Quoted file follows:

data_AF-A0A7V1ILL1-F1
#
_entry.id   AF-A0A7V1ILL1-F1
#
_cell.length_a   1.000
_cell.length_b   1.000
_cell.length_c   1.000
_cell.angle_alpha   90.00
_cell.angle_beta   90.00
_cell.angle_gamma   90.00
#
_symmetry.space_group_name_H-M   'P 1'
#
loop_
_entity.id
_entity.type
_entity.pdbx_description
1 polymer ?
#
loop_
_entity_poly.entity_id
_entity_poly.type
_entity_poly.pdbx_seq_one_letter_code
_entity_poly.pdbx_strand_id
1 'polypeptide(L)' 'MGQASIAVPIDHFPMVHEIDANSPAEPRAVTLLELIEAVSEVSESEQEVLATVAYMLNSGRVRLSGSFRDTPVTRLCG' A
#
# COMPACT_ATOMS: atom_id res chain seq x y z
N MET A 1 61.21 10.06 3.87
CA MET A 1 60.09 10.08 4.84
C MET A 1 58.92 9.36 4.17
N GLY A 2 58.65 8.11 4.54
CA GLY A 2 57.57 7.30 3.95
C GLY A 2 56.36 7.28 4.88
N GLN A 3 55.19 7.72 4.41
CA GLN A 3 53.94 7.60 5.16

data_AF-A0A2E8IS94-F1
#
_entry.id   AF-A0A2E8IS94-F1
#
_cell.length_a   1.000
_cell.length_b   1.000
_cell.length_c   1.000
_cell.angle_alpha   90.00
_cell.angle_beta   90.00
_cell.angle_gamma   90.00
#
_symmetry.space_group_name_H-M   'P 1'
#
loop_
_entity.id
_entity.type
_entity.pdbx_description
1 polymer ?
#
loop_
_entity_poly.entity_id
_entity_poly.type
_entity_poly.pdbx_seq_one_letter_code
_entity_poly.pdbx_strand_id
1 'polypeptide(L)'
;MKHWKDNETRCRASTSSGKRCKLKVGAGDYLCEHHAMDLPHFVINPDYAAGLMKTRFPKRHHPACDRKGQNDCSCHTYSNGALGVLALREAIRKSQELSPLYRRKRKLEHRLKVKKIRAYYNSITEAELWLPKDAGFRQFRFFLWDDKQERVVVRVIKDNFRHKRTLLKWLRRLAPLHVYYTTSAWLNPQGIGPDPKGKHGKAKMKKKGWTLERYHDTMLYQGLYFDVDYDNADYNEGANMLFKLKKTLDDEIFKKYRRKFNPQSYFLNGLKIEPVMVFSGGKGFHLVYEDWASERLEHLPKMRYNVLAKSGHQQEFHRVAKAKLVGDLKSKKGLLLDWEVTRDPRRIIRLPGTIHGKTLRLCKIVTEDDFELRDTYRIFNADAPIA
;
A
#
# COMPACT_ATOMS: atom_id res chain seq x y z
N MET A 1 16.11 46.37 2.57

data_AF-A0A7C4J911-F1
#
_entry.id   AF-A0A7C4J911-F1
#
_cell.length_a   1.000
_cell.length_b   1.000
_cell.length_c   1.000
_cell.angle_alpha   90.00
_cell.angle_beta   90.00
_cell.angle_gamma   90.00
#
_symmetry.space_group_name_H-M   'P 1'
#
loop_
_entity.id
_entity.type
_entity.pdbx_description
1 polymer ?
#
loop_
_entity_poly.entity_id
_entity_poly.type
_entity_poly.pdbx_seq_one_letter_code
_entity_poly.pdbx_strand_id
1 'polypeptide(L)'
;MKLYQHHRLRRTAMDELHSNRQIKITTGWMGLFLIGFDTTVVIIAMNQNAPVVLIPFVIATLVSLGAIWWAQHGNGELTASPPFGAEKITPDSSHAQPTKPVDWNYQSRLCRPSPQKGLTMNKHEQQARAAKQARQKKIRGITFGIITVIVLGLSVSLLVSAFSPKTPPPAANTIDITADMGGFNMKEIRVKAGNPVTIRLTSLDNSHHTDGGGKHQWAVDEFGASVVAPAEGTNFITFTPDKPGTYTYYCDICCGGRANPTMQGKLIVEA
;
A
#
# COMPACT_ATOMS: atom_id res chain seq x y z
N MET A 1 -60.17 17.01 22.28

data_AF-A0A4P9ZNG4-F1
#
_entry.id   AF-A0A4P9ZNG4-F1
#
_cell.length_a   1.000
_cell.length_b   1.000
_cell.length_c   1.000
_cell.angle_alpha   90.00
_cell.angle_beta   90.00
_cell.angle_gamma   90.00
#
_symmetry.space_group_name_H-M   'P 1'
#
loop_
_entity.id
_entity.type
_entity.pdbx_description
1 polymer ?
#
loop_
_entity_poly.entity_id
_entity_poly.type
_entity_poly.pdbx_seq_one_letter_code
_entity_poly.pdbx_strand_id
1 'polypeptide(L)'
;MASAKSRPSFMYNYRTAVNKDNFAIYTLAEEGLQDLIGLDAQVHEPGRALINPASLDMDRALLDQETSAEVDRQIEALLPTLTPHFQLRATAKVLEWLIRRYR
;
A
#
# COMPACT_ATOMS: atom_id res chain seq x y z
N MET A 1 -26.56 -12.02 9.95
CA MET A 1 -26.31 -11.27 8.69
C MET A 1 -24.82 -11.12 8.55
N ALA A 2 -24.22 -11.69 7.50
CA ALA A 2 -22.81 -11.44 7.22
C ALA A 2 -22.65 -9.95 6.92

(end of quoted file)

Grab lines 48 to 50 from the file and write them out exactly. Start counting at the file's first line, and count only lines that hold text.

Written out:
#
loop_
_entity.id